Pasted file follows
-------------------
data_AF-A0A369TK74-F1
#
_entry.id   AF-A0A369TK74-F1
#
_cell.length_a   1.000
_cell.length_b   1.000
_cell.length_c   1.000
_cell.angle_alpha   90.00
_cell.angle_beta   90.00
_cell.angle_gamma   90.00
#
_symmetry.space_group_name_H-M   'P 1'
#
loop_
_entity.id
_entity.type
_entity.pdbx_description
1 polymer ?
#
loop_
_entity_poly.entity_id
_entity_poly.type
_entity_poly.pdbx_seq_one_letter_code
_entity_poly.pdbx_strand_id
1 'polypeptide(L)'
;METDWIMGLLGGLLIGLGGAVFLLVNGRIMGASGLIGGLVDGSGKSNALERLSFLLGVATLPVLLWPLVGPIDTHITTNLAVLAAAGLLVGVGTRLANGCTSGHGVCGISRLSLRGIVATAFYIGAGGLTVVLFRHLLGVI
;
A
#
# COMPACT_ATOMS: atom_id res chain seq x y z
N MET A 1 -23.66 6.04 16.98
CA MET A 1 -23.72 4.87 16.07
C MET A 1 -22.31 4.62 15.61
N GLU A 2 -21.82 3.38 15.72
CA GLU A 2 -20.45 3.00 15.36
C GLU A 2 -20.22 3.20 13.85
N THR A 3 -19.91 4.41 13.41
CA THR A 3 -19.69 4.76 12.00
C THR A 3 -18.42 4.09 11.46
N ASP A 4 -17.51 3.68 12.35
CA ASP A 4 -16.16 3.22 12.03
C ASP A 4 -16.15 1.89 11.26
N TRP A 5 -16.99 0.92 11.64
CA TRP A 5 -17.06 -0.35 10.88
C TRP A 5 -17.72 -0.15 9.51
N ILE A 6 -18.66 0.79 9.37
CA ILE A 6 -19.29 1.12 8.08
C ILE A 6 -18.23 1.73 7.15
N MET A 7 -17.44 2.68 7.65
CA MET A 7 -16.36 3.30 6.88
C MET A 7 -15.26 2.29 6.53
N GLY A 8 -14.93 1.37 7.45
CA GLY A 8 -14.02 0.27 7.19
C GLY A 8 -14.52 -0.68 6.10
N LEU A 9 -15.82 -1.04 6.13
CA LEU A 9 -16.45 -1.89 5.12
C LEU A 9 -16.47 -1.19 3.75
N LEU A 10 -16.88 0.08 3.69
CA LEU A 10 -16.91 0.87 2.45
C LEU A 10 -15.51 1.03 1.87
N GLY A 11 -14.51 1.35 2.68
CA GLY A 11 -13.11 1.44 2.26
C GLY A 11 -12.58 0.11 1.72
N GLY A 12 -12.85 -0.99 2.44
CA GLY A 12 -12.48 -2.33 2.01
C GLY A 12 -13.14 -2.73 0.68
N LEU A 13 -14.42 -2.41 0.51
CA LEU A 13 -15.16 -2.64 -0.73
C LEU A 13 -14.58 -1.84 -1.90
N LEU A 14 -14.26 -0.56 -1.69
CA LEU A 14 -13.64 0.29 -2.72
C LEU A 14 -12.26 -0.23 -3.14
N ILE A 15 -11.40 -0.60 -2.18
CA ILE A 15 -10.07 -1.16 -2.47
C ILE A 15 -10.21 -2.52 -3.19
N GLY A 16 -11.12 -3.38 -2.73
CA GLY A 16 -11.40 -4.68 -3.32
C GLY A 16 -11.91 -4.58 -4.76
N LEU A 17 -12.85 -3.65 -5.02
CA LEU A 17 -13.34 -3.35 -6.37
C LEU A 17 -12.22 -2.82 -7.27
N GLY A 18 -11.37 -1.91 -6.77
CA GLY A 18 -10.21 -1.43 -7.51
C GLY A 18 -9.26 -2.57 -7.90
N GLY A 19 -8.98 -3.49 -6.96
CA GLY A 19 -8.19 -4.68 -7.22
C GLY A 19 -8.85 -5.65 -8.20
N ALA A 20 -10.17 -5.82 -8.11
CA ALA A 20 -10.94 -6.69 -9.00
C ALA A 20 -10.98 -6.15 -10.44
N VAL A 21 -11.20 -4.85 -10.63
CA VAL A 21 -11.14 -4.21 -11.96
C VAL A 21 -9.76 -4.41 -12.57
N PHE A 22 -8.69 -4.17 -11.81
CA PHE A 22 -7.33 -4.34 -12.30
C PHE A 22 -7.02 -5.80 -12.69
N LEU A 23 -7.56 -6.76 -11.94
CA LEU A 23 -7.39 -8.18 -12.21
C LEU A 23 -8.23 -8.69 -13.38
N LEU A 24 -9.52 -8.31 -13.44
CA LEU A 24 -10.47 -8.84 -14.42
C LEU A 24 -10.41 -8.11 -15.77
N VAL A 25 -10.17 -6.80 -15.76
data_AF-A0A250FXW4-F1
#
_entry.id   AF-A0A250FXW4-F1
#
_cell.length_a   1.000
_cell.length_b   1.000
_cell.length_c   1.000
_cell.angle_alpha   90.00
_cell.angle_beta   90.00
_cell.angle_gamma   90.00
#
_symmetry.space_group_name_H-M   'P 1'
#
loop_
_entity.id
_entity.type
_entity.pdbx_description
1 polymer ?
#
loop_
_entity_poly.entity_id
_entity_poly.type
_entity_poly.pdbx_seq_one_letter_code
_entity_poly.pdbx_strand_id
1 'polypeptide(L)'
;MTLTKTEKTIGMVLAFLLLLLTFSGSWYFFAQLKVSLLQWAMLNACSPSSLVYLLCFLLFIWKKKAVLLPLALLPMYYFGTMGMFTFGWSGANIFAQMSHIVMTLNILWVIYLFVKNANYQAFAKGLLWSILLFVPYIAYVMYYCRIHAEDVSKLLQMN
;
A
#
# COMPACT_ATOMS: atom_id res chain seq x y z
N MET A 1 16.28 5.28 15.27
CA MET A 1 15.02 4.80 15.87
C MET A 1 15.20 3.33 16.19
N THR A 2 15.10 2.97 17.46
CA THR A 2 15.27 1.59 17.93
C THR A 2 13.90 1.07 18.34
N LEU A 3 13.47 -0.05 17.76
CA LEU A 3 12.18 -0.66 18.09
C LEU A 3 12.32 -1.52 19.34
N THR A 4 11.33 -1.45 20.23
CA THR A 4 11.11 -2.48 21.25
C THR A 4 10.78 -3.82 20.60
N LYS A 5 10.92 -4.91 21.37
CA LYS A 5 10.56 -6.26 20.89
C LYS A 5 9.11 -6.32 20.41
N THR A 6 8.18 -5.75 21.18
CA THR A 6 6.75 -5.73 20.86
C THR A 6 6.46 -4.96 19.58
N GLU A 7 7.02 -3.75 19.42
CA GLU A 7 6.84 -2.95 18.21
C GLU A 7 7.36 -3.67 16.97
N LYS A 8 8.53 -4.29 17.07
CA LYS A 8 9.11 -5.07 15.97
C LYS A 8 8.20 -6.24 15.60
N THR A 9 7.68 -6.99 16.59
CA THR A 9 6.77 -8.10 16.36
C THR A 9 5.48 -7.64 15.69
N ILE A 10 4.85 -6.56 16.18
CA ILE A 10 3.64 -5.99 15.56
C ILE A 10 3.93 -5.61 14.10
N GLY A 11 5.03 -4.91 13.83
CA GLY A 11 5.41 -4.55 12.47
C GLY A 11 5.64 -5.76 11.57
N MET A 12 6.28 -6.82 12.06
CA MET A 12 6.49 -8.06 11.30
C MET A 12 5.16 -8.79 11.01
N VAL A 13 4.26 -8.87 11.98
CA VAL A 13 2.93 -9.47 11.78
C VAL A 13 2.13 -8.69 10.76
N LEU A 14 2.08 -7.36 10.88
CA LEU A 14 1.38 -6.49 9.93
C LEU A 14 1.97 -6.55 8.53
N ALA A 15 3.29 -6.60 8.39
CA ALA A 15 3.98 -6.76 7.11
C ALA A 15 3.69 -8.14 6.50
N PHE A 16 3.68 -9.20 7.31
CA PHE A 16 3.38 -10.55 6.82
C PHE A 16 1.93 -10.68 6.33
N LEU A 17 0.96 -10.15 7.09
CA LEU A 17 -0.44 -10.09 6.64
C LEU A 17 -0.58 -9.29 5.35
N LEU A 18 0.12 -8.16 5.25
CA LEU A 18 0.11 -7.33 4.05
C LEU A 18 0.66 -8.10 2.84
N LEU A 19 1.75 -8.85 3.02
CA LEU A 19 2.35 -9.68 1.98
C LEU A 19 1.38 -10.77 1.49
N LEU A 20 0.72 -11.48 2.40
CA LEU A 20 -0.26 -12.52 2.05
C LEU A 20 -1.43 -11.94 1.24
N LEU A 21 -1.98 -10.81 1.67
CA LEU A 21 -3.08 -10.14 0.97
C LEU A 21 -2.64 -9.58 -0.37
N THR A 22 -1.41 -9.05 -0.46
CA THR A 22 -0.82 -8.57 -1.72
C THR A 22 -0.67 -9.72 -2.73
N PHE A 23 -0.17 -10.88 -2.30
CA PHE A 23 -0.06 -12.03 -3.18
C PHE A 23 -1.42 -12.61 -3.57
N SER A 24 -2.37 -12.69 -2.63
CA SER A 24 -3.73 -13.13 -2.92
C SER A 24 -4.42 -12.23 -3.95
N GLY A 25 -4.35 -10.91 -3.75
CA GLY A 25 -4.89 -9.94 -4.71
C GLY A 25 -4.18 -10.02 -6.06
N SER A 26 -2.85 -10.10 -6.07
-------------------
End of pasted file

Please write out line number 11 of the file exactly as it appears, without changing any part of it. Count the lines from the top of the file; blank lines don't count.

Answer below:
#